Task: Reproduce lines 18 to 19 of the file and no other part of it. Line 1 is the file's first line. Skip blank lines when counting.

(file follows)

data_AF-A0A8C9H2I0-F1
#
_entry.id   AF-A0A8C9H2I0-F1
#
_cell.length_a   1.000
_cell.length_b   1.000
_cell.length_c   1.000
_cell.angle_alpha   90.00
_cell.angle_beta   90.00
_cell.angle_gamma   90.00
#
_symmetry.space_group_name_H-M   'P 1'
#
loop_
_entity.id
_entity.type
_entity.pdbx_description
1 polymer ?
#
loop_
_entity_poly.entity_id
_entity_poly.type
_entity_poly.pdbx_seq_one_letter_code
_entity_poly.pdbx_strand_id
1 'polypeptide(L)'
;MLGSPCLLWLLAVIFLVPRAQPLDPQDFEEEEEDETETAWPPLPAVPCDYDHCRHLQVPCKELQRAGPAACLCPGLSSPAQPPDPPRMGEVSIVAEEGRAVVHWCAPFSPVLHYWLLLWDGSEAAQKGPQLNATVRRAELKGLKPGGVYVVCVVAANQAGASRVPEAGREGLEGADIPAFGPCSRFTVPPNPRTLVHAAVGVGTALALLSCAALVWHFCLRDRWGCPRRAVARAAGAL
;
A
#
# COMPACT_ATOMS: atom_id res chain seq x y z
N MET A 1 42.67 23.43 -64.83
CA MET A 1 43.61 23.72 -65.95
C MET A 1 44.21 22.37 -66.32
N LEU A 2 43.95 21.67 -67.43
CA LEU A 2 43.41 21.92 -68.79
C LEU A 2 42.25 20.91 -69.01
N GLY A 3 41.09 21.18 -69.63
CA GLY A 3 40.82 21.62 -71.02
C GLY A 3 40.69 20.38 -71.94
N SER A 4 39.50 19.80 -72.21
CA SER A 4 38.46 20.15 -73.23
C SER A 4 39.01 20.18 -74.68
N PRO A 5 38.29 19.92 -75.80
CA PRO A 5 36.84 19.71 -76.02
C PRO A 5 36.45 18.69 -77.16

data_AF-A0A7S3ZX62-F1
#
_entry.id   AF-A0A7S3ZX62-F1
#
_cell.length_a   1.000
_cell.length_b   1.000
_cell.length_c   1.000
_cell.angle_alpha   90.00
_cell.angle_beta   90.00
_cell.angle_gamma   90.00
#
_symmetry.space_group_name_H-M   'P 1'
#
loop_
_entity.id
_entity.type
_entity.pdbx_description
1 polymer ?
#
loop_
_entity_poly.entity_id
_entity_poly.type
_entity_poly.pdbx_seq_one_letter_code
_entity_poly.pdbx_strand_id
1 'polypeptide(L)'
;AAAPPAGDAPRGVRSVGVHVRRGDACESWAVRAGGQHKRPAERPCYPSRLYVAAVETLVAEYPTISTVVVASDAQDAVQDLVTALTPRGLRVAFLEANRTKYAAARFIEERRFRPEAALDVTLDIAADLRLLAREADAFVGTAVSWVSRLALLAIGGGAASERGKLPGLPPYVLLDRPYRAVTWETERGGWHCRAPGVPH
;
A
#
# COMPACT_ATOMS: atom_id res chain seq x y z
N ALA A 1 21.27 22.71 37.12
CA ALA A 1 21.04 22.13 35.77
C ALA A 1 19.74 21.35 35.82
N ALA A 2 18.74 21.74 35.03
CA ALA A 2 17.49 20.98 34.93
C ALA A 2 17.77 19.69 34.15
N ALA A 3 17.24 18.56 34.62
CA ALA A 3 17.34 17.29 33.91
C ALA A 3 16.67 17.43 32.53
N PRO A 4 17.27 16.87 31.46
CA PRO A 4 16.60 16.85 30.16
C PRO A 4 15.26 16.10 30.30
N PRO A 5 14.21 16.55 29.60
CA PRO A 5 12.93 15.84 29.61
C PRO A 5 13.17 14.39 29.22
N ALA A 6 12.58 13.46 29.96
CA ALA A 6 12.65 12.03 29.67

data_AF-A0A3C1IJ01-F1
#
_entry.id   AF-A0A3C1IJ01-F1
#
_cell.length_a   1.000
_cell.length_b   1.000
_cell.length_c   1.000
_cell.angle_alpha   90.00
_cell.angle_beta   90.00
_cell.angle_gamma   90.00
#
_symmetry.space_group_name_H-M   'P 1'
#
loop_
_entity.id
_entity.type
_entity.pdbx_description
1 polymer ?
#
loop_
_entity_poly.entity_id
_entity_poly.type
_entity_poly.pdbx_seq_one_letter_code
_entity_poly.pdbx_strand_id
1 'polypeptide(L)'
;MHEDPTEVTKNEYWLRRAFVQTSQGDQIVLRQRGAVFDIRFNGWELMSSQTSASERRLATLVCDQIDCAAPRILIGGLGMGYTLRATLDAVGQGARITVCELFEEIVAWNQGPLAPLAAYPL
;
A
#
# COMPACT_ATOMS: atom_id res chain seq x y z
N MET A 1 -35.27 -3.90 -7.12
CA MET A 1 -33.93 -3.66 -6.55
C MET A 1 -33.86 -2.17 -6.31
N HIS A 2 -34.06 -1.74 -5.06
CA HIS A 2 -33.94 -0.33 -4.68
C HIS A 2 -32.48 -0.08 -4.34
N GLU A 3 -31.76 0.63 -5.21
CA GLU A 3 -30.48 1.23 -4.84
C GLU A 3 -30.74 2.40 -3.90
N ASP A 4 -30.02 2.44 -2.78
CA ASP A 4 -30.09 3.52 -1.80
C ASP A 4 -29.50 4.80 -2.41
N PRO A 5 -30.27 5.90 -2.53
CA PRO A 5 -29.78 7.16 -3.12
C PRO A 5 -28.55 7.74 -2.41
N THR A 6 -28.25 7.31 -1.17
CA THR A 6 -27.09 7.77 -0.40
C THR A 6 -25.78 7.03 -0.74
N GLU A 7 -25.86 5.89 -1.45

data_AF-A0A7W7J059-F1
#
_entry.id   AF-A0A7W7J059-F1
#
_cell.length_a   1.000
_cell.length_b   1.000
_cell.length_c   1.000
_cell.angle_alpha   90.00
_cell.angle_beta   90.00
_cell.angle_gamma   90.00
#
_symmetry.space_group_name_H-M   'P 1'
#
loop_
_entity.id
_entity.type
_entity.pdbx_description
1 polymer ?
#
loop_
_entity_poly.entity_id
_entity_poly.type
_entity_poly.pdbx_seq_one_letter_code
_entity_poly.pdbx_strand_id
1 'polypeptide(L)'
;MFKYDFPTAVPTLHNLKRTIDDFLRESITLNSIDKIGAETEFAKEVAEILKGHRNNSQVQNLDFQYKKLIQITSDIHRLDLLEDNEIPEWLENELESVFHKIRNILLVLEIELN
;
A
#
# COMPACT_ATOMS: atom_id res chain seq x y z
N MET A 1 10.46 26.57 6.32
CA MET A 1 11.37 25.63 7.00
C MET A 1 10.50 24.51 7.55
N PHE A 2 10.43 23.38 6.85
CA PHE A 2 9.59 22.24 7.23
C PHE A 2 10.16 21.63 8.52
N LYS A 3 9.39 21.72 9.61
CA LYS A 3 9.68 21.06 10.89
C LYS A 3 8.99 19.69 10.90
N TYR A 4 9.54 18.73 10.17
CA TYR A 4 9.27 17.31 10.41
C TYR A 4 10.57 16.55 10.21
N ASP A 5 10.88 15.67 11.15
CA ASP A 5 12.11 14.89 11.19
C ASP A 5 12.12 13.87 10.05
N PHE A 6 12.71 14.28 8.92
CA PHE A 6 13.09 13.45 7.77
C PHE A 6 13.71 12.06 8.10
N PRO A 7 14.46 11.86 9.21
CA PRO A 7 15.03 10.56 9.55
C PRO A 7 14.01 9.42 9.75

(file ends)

1 polymer ?
#